Northwestern professor Brenna Argall featured on CBS’s “Mission Unstoppable”


Courtesy of Litton Entertainment-IF/THEN Collection

Northwestern Prof. Brenna Argall stands next to the wheelchair she and her lab created. She was featured on CBS’s “Mission Unstoppable” last Saturday.

Rebecca Aizin, Arts & Entertainment Editor

When McCormick School of Engineering Prof. Brenna Argall was in college, it only took one class to change her career trajectory toward the field of autonomous robotics.

Since then, she has worked with her lab to create an autonomous wheelchair that uses external sensors to measure distance and avoid collisions, making it more accessible to people who find it a burden to use a typical wheelchair.

Argall and the autonomous wheelchair were featured on Saturday’s episode of CBS show “Mission Unstoppable” hosted by Miranda Cosgrove and produced by Litton Entertainment and Lyda Hill Philanthropies IF/THEN initiative.

The show tells stories of women from diverse backgrounds in STEM to inspire younger girls to pursue careers in those fields.

“Seeing someone like you, whether it be the same race or gender or socioeconomic status, doing something that you can see yourself doing is very powerful,” Argall said. “These small instances of exposure can have a transformative effect on your life.”

Argall said she hopes her segment on the show will allow children with motor impairments to see a future for themselves in STEM, knowing there is currently more accessible machinery being built and they could be a part of developing it.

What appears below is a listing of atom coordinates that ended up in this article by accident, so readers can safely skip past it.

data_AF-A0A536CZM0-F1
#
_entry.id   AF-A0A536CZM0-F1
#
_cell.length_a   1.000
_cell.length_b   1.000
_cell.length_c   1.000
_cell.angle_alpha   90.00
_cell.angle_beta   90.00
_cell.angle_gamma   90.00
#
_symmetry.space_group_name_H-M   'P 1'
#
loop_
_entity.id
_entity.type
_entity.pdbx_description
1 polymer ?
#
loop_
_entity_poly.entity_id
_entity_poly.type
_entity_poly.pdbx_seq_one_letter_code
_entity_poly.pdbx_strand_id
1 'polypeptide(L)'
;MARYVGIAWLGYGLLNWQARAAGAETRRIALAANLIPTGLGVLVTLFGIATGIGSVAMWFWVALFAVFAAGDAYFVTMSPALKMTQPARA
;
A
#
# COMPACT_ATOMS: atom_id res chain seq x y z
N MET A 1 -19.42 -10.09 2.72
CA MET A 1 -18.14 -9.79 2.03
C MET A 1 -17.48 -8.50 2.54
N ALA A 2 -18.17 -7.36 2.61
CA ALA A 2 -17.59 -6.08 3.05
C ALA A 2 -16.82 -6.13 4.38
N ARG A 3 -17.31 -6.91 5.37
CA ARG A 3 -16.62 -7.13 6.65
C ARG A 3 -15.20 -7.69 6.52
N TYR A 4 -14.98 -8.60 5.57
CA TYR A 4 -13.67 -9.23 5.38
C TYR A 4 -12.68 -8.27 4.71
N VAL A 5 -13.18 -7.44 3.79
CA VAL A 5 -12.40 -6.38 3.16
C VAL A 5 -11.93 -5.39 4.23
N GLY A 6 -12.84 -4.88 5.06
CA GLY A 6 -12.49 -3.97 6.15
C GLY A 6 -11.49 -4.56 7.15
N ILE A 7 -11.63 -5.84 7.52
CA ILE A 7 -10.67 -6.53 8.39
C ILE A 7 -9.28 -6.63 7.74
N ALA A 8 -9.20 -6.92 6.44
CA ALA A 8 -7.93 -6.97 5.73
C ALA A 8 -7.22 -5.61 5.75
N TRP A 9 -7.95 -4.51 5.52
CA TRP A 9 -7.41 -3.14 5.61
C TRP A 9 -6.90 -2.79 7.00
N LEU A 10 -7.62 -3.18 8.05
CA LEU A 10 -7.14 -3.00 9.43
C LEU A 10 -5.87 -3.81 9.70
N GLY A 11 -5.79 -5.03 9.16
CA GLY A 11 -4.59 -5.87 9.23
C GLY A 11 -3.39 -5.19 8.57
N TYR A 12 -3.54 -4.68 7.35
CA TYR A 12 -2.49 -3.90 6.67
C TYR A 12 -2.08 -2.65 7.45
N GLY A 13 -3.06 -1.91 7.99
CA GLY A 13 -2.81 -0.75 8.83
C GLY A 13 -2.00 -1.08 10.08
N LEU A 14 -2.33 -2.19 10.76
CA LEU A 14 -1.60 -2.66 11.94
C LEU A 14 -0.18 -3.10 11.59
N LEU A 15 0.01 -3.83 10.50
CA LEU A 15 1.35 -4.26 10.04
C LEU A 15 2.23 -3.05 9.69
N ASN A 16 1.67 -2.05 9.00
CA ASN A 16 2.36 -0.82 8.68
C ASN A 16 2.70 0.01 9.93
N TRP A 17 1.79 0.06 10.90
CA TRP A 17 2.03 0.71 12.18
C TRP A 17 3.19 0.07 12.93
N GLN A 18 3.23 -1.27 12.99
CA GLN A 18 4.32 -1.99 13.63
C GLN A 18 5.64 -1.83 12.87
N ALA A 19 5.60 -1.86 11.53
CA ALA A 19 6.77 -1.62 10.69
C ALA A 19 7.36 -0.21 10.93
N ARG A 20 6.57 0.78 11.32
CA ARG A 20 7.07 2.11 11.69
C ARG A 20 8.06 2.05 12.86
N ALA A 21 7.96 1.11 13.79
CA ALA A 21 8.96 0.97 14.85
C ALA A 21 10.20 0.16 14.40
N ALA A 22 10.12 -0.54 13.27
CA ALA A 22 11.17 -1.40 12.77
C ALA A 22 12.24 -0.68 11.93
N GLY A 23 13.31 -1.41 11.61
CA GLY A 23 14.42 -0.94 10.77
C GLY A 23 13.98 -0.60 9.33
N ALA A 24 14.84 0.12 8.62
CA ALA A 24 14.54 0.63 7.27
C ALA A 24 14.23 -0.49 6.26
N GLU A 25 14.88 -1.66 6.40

Argall leads argallab at the Shirley Ryan AbilityLab, aiming to create more autonomous robots to help people with motor impairments operate assistive machinery. Her work has been recognized by “Digital Trends” and NPR’s Morning Edition, and in 2016 she was named one of the 40 under 40 by Crain’s Chicago Business.

Anna Wenger, an executive producer and showrunner, said “Mission Unstoppable” producers wanted to highlight Argall’s work because it lies on the cutting edge of technology.

Wenger said women are often told they are not meant to be in science and technology fields, that it is not “becoming” of a woman to work in these typically men-dominated fields.

“Despite what society has built up against them, these are women who resist every message society has given them that science isn’t for women,” Wenger said. “They have completely been able to ignore that societal dictation and become who they are.”

Wenger said the show is the only of its kind in its conscious efforts to provide diverse role models for young girls and to show STEM can be used in aspects of daily life as well.

Matt Crommett is the director of IF/THEN, an initiative to empower women to pursue careers in STEM. He said he hopes the show and Argall’s story keeps young girls interested in science and helps increase representation in related fields.

“How could you not be inspired after seeing the job that (Brenna) has? She spends her whole day thinking about how to improve the lives of others using technology,” Crommett said. “We’re hoping this gives (the audience) energy to consider STEM careers as options.”

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Twitter: @rebecca_aizin

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